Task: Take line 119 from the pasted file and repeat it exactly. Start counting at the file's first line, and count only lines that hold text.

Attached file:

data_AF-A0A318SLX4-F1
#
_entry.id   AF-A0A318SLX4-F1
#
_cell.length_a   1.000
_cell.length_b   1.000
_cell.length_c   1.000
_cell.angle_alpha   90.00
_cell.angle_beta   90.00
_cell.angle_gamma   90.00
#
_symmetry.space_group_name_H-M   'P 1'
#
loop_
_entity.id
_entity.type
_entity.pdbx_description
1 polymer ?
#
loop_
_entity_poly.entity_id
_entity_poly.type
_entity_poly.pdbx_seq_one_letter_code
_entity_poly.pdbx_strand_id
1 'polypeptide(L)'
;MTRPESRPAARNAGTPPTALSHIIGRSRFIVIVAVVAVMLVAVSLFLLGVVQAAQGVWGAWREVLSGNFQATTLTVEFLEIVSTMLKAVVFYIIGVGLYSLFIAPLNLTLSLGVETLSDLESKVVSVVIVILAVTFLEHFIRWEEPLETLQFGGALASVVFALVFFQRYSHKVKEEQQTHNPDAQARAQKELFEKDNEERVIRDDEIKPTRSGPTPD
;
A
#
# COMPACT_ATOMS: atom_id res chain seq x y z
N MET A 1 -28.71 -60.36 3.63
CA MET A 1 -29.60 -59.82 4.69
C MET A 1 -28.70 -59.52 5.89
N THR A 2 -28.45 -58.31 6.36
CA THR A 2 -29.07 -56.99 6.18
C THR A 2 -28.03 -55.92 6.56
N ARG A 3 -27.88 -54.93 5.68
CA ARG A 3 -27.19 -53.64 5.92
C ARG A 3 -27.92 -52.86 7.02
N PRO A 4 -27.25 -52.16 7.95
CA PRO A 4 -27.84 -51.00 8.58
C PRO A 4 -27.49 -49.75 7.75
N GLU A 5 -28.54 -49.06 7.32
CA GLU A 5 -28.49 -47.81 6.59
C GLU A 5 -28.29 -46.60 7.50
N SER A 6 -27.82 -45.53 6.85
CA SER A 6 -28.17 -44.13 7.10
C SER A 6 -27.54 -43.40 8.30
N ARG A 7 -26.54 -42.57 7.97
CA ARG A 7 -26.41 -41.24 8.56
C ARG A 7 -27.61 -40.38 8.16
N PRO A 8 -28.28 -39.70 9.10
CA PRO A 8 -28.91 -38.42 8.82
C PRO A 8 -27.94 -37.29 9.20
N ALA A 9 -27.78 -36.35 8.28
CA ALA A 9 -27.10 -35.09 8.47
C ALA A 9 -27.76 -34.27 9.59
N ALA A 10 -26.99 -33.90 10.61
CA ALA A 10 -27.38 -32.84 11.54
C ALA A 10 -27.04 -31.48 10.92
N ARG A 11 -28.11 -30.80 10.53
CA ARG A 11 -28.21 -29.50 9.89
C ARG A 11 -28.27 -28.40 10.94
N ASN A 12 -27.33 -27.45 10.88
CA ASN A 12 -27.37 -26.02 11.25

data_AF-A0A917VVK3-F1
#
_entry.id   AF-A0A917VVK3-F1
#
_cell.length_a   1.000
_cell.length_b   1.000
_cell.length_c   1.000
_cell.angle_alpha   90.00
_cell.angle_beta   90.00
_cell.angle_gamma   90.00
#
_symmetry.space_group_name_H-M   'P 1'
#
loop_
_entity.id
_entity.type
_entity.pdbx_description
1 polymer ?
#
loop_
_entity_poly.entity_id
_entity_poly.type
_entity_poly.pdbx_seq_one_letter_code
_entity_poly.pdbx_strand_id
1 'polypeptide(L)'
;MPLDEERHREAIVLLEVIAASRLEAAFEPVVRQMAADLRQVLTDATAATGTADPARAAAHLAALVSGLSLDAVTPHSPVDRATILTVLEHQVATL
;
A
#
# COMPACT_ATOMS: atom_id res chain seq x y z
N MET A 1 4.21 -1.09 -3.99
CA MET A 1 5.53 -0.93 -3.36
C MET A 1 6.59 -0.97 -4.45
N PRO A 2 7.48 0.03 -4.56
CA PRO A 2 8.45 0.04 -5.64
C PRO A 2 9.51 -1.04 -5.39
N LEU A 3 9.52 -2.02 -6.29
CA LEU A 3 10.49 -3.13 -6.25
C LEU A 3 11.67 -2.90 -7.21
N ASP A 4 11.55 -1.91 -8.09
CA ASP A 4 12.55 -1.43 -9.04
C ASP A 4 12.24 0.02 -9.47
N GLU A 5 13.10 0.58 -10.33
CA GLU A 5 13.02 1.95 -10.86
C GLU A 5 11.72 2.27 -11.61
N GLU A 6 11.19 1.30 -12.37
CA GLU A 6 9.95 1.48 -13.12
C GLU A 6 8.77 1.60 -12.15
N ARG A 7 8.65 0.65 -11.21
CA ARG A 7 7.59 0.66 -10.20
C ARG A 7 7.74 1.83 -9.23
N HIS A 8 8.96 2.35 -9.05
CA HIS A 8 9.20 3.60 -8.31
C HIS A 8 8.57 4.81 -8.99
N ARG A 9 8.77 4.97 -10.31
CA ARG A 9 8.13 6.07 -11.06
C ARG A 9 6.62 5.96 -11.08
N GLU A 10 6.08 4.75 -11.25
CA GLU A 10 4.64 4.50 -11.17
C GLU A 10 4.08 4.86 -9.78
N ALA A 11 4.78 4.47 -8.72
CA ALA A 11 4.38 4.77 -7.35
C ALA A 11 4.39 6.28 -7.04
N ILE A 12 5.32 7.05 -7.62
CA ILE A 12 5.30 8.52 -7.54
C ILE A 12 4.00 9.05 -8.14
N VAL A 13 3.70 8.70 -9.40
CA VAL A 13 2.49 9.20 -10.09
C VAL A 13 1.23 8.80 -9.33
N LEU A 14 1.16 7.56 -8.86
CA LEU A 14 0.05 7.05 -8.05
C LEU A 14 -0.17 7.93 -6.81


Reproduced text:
C HIS A 8 8.57 4.81 -8.99